It was lovely meeting up with my friends but all too soon I was time to go our separate ways. A beautiful train ride later and I was back home and it was time to face my ‘Star Fruit Pattern Rug’ fears. Gulp.

Things didn’t get off to the best of starts.  I discovered I didn’t know my WS from my RS!

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Oops!

But having discovered this fundamental I started to get to grips with the lingo and enjoy myself.

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The Star Fruit shape began to form as I worked in the surface crochet. And the motif came together with the addition of the third colour edging.

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In no time at all I had three motifs completed. Only another 67 to go and I’ll have a rustic new rug!

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In case you were wondering I am using a 4mm hook and these chunky rough dyed rug yarns from Farfield Mill.

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Patterns. Pah! Nothing to fear after all. Next time 4 stars. Bring it on.

Until next we meet, Moke x

What’s on the kitchen table?

Hello All

Having said last week that Spring had sprung this weekend has been f-f-f-r-r-r-e-e-e-e-zing. Best spend the day in the warm with copious amounts of tea and a small (ie I have a chance of finishing it) craft project.

So what is on the kitchen table this week? Having a giddy flash-back to ‘Play School’ … what is through the …. round window? (I always wanted the round window). Enough of the 1960s back to the kitchen table:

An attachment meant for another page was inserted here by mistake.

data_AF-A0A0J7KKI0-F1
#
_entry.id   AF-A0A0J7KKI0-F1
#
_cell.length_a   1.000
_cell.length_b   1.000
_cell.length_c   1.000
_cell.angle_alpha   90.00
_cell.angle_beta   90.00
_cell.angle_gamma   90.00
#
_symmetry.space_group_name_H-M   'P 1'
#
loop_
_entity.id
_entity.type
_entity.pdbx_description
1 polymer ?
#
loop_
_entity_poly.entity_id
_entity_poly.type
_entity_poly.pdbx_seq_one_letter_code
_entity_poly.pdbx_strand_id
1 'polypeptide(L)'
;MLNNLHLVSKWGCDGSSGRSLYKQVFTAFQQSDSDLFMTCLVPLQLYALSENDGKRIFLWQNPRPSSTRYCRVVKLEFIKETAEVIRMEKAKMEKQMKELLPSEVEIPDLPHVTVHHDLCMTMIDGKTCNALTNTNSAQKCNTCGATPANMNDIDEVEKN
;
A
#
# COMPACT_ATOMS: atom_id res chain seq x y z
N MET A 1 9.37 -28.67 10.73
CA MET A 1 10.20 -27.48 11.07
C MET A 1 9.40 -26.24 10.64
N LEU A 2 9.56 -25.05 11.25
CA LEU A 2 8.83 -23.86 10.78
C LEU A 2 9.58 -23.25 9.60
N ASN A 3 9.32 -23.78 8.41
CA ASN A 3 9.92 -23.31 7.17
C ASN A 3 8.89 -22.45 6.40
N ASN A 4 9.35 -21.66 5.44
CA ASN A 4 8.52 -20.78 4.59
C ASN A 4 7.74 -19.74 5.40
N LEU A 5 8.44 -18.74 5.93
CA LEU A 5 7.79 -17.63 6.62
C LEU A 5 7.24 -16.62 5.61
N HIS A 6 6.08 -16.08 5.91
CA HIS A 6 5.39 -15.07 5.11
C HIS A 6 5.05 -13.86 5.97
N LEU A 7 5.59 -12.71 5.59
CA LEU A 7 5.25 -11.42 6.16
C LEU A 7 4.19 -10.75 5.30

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Time to set about a wee bit of crochet inspired by “Boho Crochet” edited by Merinke Slump until

 

I have two half orbs. Then only a few stitches follow and …

voila! a bauble

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with all it’s playful possibilities. Sparkle-y yarns for celebrations and your favourite colours for interiors …  all worked in a trice.

Infact it was finished too quickly. The great outdoors is still less than inviting so it is back to ….

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the sock-a-thon. Which as a dedicated woolly crafter I am doomed I mean duty-bound to complete.

What crafts have kept you busy this weekend? and who remembers Gonks?

Until next we meet, Moke x

Bookshop Bunnies

Hello All

Still here! Miracles will never cease. Good job too as I have a trio of little chums to introduce you to. Back in March my very good friend B and her husband re-located their home and wonderful bookshop, Fireside Bookshop, from the Lakes down to Littlehampton on the south coast.

I was on my blogging ‘sabbatical’ when B moved but shortly after they had established their new shop I sent them a little fellow to remind them of their days in Windermere. DSCI0451 Meet Gerald the first of the Bookshop Bunnies to leave the shelter of the Old Sycamore (handily situated in my garden) and travel to their favourite bookshop.

An opportunity for Gerald to be joined by some of his nearest and dearest has now arisen as B is paying a visit. And a couple of Gerald’s kin decided they would hitch a lift back with her – think the Post Office does not offer the comfort they would like – to join him at Fireside Bookshop.

Nancy has been waiting some time. Counting the days until B’s visit.
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Today – with a small lump in my throat – it is time to say ‘bon voyage’ as they set off on their journey to West Sussex and their new home at Fireside Bookshop.

Good luck Bookshop Bunnies.

Until next we meet, Moke x

Kitchen Table Crafts

Hello All

What a lovely day. A day of conversation and cuppas enjoying woolly crafting. All from the comfort of my kitchen.